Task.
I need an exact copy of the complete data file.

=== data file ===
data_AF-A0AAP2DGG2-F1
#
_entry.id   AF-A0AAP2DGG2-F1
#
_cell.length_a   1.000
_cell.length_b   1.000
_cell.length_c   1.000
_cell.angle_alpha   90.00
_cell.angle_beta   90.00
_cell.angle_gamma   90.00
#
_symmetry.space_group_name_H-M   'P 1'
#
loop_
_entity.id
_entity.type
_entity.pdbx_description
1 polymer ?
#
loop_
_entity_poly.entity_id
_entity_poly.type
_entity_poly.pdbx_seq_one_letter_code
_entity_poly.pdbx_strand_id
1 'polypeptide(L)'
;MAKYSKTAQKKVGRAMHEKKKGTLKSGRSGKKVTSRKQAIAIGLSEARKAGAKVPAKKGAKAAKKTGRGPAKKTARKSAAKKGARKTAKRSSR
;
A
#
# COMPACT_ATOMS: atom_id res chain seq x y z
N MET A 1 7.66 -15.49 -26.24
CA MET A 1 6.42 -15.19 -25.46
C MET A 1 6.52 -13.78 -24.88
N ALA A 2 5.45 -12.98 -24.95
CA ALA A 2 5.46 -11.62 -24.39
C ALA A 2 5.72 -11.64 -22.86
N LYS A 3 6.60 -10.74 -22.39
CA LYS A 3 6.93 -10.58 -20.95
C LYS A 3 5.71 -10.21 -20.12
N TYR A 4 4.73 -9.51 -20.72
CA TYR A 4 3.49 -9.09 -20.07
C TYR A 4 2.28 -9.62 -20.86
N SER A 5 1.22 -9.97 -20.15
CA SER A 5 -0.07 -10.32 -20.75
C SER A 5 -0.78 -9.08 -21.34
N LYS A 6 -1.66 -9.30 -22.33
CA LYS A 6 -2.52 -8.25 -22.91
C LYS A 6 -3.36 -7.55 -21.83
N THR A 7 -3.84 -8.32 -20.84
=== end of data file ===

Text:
data_AF-A0AAP2DGG2-F1
#
_entry.id   AF-A0AAP2DGG2-F1
#
_cell.length_a   1.000
_cell.length_b   1.000
_cell.length_c   1.000
_cell.angle_alpha   90.00
_cell.angle_beta   90.00
_cell.angle_gamma   90.00
#
_symmetry.space_group_name_H-M   'P 1'
#
loop_
_entity.id
_entity.type
_entity.pdbx_description
1 polymer ?
#
loop_
_entity_poly.entity_id
_entity_poly.type
_entity_poly.pdbx_seq_one_letter_code
_entity_poly.pdbx_strand_id
1 'polypeptide(L)'
;MAKYSKTAQKKVGRAMHEKKKGTLKSGRSGKKVTSRKQAIAIGLSEARKAGAKVPAKKGAKAAKKTGRGPAKKTARKSAAKKGARKTAKRSSR
;
A
#
# COMPACT_ATOMS: atom_id res chain seq x y z
N MET A 1 7.66 -15.49 -26.24
CA MET A 1 6.42 -15.19 -25.46
C MET A 1 6.52 -13.78 -24.88
N ALA A 2 5.45 -12.98 -24.95
CA ALA A 2 5.46 -11.62 -24.39
C ALA A 2 5.72 -11.64 -22.86
N LYS A 3 6.60 -10.74 -22.39
CA LYS A 3 6.93 -10.58 -20.95
C LYS A 3 5.71 -10.21 -20.12
N TYR A 4 4.73 -9.51 -20.72
CA TYR A 4 3.49 -9.09 -20.07
C TYR A 4 2.28 -9.62 -20.86
N SER A 5 1.22 -9.97 -20.15
CA SER A 5 -0.07 -10.32 -20.75
C SER A 5 -0.78 -9.08 -21.34
N LYS A 6 -1.66 -9.30 -22.33
CA LYS A 6 -2.52 -8.25 -22.91
C LYS A 6 -3.36 -7.55 -21.83
N THR A 7 -3.84 -8.32 -20.84